What works, what doesn’t V

What works, what doesn’t V

Something must have been in the air: a lot of papers used reverses in their centerpiece presentation on Sunday. Granted, one sure way to say “here is a special story” is to reverse the type.

There are clearly two ways to go about this: use reverse type for your story or put the type in a white box within the package. Does that ruin the effect, however?

The Arizona Republic reverses even the body text, but on the plus side there isn’t much type before you jump inside. If it were much longer, it would be a pain to read.

My rules of thumb are (a) if possible use sans serif in smaller sizes because the serifs get lost to the ink, and (b) if you must use serif type, bump the size up 1 or 2 points. The Arizona Republic did the other potential cure for hard-to-read type: run very little of it. They also used serif type in the headline, but serif is okay in larger sizes.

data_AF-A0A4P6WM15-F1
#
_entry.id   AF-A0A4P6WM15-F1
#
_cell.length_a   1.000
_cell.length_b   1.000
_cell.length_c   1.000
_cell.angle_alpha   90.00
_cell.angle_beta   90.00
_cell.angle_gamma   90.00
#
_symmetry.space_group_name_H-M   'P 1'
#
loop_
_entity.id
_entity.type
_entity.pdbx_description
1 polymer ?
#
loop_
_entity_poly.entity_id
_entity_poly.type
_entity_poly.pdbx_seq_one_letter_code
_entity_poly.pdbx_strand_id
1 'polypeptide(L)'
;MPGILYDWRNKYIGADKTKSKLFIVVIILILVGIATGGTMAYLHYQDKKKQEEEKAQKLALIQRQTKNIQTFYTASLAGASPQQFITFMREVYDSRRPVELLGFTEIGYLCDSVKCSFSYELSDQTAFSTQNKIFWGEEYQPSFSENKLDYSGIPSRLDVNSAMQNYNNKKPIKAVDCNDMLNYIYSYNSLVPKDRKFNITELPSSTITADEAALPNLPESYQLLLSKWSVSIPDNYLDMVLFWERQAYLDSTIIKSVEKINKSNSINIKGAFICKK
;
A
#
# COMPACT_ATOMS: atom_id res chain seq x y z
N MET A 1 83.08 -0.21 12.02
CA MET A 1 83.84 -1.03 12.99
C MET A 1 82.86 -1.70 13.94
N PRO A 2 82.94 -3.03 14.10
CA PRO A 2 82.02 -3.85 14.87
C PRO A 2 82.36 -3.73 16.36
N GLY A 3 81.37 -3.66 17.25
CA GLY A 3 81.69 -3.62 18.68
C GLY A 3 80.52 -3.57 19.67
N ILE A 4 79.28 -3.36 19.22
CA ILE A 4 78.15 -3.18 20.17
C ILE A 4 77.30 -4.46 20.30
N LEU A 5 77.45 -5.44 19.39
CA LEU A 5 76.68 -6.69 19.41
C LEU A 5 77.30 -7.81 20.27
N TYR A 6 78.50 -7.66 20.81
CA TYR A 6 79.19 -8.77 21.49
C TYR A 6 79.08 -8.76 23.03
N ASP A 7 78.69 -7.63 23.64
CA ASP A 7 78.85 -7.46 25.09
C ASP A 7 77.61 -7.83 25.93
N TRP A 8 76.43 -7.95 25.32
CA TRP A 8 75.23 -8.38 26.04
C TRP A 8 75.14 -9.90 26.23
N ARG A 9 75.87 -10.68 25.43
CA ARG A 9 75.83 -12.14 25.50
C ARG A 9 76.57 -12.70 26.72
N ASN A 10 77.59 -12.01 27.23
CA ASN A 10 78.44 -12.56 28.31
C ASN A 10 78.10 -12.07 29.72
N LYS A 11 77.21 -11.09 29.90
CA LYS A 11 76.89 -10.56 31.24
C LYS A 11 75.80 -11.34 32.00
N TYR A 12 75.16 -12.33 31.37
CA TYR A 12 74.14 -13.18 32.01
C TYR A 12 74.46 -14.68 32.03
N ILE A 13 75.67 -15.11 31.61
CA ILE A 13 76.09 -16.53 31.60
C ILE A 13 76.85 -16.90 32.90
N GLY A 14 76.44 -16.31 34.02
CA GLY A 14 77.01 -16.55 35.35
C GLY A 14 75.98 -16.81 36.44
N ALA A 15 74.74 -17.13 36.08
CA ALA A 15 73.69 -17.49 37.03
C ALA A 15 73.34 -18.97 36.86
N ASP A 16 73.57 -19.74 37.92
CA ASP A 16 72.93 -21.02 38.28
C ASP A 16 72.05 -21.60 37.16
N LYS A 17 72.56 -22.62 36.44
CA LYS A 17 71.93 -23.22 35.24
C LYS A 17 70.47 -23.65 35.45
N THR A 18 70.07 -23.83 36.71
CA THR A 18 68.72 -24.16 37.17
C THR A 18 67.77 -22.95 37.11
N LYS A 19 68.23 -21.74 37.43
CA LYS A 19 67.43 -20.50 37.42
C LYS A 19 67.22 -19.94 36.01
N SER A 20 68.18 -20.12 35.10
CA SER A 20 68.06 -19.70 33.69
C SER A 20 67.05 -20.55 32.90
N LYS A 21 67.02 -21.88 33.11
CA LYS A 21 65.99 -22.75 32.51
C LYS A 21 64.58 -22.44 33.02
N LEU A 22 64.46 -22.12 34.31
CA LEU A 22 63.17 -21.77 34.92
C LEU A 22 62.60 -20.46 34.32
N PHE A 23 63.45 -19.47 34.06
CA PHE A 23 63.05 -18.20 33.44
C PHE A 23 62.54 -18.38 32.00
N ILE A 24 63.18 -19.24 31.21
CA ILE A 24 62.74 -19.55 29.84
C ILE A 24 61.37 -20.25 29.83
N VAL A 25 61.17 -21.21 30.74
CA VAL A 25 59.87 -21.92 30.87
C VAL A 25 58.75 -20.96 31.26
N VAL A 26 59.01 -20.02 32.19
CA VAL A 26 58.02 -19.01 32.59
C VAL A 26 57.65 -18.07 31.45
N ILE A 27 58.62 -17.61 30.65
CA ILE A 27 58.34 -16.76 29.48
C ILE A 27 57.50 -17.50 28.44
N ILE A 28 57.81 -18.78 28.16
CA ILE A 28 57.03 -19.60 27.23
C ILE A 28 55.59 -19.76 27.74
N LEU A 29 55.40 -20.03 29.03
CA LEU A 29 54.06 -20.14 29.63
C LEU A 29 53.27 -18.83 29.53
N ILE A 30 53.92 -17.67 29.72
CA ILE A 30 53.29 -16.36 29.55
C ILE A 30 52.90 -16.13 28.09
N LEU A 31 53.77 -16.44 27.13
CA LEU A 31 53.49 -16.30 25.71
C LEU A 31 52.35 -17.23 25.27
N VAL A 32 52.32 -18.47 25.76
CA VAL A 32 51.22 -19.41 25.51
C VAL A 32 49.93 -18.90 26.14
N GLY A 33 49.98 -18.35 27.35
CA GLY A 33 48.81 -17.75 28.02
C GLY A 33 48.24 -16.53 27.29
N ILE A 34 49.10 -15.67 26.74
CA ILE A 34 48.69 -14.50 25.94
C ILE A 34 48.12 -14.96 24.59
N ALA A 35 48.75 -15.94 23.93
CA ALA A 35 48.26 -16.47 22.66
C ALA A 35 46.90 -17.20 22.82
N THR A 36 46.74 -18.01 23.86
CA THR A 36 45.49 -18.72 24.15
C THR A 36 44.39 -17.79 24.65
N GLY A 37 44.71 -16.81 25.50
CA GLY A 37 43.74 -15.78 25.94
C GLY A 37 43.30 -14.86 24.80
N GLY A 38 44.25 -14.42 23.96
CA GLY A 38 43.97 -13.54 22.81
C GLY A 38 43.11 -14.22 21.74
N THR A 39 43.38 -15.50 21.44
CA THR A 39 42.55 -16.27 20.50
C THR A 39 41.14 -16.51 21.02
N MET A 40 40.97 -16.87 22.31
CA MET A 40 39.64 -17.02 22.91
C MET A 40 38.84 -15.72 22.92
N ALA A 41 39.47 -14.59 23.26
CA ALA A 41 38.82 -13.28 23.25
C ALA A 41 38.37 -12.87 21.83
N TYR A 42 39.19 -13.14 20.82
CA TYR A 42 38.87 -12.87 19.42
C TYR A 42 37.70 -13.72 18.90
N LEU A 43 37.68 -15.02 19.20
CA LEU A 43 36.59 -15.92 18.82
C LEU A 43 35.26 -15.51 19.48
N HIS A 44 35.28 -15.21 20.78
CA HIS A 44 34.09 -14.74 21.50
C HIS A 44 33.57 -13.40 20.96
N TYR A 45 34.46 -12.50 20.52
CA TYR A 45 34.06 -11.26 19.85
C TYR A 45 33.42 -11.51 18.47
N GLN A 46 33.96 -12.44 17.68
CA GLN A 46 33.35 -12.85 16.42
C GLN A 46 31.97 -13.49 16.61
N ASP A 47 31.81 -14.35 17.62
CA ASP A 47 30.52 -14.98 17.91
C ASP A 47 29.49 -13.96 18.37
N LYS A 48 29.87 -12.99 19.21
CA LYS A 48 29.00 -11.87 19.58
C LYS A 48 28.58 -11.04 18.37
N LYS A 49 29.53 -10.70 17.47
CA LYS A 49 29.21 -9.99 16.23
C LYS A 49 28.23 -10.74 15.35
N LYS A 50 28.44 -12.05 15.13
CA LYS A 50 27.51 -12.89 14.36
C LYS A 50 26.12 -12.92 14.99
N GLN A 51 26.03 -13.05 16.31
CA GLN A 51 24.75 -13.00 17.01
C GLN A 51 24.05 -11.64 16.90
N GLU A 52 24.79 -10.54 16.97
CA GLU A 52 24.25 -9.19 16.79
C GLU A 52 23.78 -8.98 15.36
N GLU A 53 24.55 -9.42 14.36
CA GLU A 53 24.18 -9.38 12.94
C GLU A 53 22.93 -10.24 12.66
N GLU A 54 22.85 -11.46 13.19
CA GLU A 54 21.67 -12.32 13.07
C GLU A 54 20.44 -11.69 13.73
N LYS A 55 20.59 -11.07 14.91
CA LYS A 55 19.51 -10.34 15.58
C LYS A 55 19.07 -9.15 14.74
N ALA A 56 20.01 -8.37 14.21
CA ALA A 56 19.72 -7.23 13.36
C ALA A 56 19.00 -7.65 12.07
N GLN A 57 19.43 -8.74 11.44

The Quad City Times technically isn’t a reverse, but a dark photo. The Florida Times-Union uses all sans serif on the package, as does the Orlando Sentinel.

Which is preferable? I don’t think there is an easy answer to that. I think putting a white box with body type in the middle of a reverse detracts from the effect to a certain extent. I would probably fall on the side of running the body type reversed, but run just a little bit of it and run it larger than normal size. I think that’s a better approach than using a white box with your body type in it.

What do you think? Leave a comment!

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Related posts:

  1. What works, what doesn't, II
  2. Newspaper headlines: serif or sans?
  3. What works, what doesn’t IV

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